Somewhere around the early aughts, yogurt went from a fermented-dairy-milk product that had been enjoyed by various cultures around the world for millennia to a fermented-dairy-milk product marketed as an ambrosia that was wildly irresistible to women.
If these gendered commercials are to be believed, not only were were women easily tricked into thinking that a 100-calorie pack of sugary yogurt tasted exactly like an elaborate and decadent dessert (because women aren’t allowed to actually eat dessert), they had simply gone mad with their love of the stuff. It was all but implied that off-camera, women everywhere were stripping down, slathering yogurt on their bodies, and praying to a Golden Calf created from empty Yoplait containers. “YO-GURT!” they chanted, a depraved and unstoppable mass. “100 calories per serving!” they shrieked into the moonlight.
Yoplait was one of the worst offenders. One of their earlier, long-running campaigns involved two women (one of whom was actress Leisha Hailey) commenting on the excellence of the yogurt they were eating by comparing it to various very good things that women supposedly love. For instance, during an exchange at a spa, they quizzically invoked Buddhism to call the yogurt “Zen wrapped in karma dipped in chocolate good.” They eventually agree that it’s “getting a foot massage while shoe-shopping for chocolate-covered heels good,” and then they laugh and laugh in their plush robes.
Women at the workplace were not immune from yogurt’s stronghold either. Another Yoplait Light commercial featured a woman staring longingly at the near-whole raspberry cheesecake in her work fridge and calculating the calorie-burning effort she’d have to put in if she ate a slice. As she’s doing her mental gymnastics, her colleague pushes into the fridge and exclaims, “Raspberry cheesecake! I’ve been thinking about this all day.” Surprise! Her perky asshole of a co-worker is not referring to the real raspberry cheesecake, but to the raspberry-cheesecake yogurt she has stored next to it. The first woman tells the terrible woman, “You’ve lost weight,” because “yogurt will make you thin and being thin is good” is the most important not-so-subliminal takeaway in every yogurt commercial.
A mainstay of these yogurt commercials is the side-by-side dessert comparison, in which dessert is very clearly presented as an evil temptress and yogurt all that is good and fermented and holy. When a woman opens her fridge to find a slice of chocolate cake, she reaches for a Dannon Light & Fit yogurt with a thin coating of chocolate at the top — but doesn’t take it out of the fridge before TAUNTING THE SLICE OF CAKE WITH HER YOGURT CONTAINER. “Take that!” she seems to say to the cake. “Linda, you’ve lost your damn mind. I’m a cake,” the cake probably said back.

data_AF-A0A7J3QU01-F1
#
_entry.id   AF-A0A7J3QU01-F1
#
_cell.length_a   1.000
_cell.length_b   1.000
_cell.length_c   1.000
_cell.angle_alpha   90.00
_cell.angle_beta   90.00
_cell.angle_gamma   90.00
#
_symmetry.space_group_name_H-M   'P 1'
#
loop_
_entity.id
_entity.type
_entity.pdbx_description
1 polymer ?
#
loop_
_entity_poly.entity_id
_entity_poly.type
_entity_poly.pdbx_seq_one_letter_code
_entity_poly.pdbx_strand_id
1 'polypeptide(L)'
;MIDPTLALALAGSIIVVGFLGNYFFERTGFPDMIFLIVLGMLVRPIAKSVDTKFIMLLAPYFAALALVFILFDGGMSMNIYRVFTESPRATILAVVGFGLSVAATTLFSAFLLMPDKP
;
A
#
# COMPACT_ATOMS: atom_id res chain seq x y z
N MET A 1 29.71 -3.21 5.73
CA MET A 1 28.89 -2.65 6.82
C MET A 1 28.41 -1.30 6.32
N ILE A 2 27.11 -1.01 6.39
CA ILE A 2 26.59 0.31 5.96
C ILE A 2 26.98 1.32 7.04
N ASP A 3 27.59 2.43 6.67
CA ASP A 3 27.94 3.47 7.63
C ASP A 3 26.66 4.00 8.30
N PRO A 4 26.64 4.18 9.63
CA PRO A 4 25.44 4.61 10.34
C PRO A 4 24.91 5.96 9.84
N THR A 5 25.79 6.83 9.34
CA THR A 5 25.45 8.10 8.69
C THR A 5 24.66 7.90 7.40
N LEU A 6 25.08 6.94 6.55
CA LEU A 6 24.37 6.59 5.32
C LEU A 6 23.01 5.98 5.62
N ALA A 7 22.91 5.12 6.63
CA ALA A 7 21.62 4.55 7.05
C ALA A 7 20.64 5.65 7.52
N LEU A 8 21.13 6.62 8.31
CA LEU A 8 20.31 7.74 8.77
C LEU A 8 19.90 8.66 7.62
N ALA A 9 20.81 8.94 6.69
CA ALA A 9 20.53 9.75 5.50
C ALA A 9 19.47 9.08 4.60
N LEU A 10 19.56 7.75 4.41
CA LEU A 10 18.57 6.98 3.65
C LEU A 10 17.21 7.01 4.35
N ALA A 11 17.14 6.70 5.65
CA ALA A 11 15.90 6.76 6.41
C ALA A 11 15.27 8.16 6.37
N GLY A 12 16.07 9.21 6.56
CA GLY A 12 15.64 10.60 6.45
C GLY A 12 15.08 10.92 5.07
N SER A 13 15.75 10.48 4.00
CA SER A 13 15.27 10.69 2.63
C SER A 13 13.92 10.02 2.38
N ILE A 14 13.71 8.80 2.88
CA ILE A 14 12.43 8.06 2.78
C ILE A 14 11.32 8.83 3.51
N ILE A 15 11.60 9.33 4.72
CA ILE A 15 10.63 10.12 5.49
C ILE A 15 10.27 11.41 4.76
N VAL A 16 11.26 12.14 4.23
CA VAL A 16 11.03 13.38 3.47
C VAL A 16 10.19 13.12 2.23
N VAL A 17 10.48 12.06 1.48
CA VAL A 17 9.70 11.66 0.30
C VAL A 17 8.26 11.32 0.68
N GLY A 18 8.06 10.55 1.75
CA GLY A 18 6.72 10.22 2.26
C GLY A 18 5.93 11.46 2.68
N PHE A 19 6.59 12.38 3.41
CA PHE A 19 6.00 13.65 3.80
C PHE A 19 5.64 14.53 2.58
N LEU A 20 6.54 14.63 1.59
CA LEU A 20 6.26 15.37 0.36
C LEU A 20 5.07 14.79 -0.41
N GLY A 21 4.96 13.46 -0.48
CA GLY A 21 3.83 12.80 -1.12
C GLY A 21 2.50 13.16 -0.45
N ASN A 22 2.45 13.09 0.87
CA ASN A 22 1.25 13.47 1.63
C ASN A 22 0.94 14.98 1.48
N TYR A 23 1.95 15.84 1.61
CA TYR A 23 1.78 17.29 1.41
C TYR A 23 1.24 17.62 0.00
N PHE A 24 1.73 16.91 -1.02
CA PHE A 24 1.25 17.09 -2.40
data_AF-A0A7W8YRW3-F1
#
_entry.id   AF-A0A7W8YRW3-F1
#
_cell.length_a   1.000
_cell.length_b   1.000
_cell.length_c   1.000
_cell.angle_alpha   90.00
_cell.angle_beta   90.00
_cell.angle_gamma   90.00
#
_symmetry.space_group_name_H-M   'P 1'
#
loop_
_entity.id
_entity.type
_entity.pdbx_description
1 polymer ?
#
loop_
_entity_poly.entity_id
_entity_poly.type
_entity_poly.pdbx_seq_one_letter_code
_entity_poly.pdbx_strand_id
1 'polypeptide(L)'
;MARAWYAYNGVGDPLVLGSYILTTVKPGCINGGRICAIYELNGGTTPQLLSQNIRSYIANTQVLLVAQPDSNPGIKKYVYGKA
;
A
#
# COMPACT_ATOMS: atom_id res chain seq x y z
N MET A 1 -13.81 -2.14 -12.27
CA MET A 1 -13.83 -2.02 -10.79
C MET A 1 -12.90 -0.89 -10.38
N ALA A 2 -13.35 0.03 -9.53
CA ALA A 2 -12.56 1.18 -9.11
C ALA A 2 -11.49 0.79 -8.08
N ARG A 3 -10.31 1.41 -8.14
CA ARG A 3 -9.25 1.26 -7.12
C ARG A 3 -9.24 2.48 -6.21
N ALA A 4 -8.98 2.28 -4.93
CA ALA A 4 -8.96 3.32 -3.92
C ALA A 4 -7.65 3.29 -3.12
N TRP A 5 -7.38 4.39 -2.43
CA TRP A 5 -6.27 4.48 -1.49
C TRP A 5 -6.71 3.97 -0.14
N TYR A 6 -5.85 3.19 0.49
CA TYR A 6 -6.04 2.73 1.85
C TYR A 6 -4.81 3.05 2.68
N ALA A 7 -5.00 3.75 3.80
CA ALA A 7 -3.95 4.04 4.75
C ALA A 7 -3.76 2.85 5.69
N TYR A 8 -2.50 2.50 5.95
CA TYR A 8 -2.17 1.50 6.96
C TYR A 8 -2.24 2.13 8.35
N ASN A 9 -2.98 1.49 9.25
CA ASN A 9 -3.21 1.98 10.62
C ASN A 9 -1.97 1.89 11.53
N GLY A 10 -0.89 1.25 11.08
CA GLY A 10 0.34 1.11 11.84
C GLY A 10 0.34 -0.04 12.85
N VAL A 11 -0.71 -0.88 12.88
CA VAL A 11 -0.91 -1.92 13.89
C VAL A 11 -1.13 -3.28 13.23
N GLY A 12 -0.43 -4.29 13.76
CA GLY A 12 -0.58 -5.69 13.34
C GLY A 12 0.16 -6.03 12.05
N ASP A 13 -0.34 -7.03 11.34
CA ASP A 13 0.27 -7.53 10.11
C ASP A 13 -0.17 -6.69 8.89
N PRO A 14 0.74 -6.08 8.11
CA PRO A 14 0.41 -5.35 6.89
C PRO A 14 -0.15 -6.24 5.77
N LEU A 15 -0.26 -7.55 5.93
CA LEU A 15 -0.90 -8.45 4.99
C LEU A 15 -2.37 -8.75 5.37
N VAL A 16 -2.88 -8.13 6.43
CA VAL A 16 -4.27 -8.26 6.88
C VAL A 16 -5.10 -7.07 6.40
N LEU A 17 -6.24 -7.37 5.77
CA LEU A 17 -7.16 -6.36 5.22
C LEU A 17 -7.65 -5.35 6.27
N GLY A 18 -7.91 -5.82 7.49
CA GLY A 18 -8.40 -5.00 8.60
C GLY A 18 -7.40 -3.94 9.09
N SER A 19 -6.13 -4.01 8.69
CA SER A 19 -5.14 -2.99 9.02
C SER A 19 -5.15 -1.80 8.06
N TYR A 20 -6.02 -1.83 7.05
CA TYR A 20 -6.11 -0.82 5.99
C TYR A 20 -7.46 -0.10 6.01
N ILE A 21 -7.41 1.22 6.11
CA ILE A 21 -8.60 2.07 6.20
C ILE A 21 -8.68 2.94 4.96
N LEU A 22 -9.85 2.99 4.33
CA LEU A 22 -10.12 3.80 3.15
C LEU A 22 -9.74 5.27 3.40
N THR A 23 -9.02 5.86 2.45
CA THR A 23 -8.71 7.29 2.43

Another woman, tempted by her co-worker snacking on cookies, settles for a Dannon Light & Fit strawberry-cheesecake Greek yogurt instead. She waves her spoon and hexes her co-worker, shrinking his cookies. Later in the commercial, she runs into another woman in her office eating the same yogurt. Her colleague waves her yogurt spoon too, magically shrinking a doughnut another male co-worker is eating and then the two women laugh knowingly at each other, imbued with the dark and ancient power of yogurt.
But yogurt’s influence is no laughing matter. Take the woman who filled her entire cart with Dannon Light & Fit containers and then maniacally sucked one down in the grocery store aisle because she couldn’t help herself. Her friends and family staged an intervention shortly after.
In more recent years, Oikos (that’s Greek for “Dannon”) has relied on hunky men to hawk their product. Along with John Stamos’s regular appearances, there’s a clip in which a woman browses through various snacks on an “online snacking site” until she finds the one — a man wearing a large Oikos container around his waist. They go mini-golfing, frolic in a meadow, and have a generally romantic time. It is implied that she will then fuck the yogurt.
But yogurt trends have changed over the years: Watery, low-fat, and sugar-laden flavors have given way to the full-fat Greek stuff. And with that, yogurt ads are also beginning to shift how they market their product. For instance, a recent commercial by Organic Valley served to highlight women’s realistic morning routines instead of the sun-dappled woman-laughing-alone-with-yogurt schtick we’re all used to.
And now, thanks to Oikos Triple Zero — the “official yogurt of the NFL” — men must suffer, too. Triple Zero is just Greek yogurt plopped in a different-color container and endorsed by Cam Newton with an emphasis on protein, so men can feel more secure eating what has been traditionally marketed as a feminine food.
Big Yogurt truly comes for us all.